With the fast approaching date for ‘first oil”, our local content policy, still to be announced, is urgently required. The sense of urgency arises not only because of the limited timeframe, but because of the national imperative of maximizing the contribution of the oil and gas (O&G) sector to our economy and the well-being of our country. How the nation spends its income from the sector is, of course, also of much importance, and that discussion, will be a continuing one for our people and Parliament in the years ahead. However, the immediate priority is putting in place a Local Content policy that seeks to garner the most from the sector.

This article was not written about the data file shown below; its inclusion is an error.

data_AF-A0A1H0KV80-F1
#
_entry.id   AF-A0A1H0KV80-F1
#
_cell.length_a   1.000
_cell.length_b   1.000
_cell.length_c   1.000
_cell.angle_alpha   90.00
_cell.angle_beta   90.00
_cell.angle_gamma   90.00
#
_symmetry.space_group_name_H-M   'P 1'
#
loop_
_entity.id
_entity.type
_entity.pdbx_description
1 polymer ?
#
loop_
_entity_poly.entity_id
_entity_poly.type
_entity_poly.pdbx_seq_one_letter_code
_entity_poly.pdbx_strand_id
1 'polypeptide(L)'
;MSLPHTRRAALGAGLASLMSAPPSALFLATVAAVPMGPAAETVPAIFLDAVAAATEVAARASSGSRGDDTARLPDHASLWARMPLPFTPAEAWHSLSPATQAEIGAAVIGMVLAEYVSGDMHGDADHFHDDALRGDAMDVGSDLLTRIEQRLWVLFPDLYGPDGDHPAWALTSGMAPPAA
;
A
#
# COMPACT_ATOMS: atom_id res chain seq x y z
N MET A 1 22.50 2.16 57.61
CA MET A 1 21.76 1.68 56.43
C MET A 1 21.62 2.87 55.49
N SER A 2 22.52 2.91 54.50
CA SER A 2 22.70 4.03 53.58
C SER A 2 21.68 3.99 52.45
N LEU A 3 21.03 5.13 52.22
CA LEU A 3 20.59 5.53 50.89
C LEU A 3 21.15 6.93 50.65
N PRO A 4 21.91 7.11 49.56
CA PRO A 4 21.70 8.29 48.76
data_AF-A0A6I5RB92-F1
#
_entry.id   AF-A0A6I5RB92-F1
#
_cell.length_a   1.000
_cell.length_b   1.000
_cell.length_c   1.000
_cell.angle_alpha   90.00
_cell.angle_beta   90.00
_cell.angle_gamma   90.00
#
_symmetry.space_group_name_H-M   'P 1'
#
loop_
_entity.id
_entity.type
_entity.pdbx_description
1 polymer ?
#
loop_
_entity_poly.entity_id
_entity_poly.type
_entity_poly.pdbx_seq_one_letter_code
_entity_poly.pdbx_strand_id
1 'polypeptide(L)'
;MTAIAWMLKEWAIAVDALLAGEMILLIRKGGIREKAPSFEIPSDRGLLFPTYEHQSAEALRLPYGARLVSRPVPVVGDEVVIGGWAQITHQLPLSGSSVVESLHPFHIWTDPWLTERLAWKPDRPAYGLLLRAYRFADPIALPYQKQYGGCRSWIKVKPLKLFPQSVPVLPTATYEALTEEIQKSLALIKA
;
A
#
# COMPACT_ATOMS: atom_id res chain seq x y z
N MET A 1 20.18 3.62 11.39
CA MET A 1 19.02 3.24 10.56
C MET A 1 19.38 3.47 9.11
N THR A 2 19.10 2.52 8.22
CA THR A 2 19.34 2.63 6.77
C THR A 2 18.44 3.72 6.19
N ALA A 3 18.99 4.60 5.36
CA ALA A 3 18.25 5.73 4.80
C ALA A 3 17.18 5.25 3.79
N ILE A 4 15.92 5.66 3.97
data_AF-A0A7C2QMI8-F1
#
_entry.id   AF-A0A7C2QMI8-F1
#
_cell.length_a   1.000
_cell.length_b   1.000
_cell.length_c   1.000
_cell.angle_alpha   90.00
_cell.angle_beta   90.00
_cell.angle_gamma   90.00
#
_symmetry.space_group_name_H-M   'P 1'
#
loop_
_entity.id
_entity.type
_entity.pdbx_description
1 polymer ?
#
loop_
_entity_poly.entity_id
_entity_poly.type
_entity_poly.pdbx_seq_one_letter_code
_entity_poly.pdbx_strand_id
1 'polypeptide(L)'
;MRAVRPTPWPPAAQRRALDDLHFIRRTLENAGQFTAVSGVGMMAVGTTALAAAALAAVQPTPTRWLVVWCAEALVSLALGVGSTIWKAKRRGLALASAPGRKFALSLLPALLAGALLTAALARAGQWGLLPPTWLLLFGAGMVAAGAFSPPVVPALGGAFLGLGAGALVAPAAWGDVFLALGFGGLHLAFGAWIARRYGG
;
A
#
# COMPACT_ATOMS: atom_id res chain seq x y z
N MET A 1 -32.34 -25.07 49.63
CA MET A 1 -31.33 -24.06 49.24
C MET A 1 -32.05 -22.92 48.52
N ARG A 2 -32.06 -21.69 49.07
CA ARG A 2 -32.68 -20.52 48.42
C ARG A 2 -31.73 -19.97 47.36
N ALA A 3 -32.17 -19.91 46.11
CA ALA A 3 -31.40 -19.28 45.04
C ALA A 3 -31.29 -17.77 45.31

To highlight the importance of our local content policy, we can look at the metric of the “national income” from the O&G sector. Many commentators, making assumptions on the future price of oil, have estimated the direct “government take” to be in the region of 10% of the gross revenue generated by the sector. The challenge faced by the country is therefore how to obtain a share of the remaining 90% , which is where local content policy is relevant. The “90%” will be going primarily to the main contractor (Exxon-Mobil and partners), the sub-contractors who will supply the major services to the contractor, and many minor sub-contractors providing necessary services such as housing, ground transportation, brokerage, food, etc. The Production Sharing Agreement with the main contractor having been signed, means that our local content policy will effectively determine the further benefits accruing to the nation…..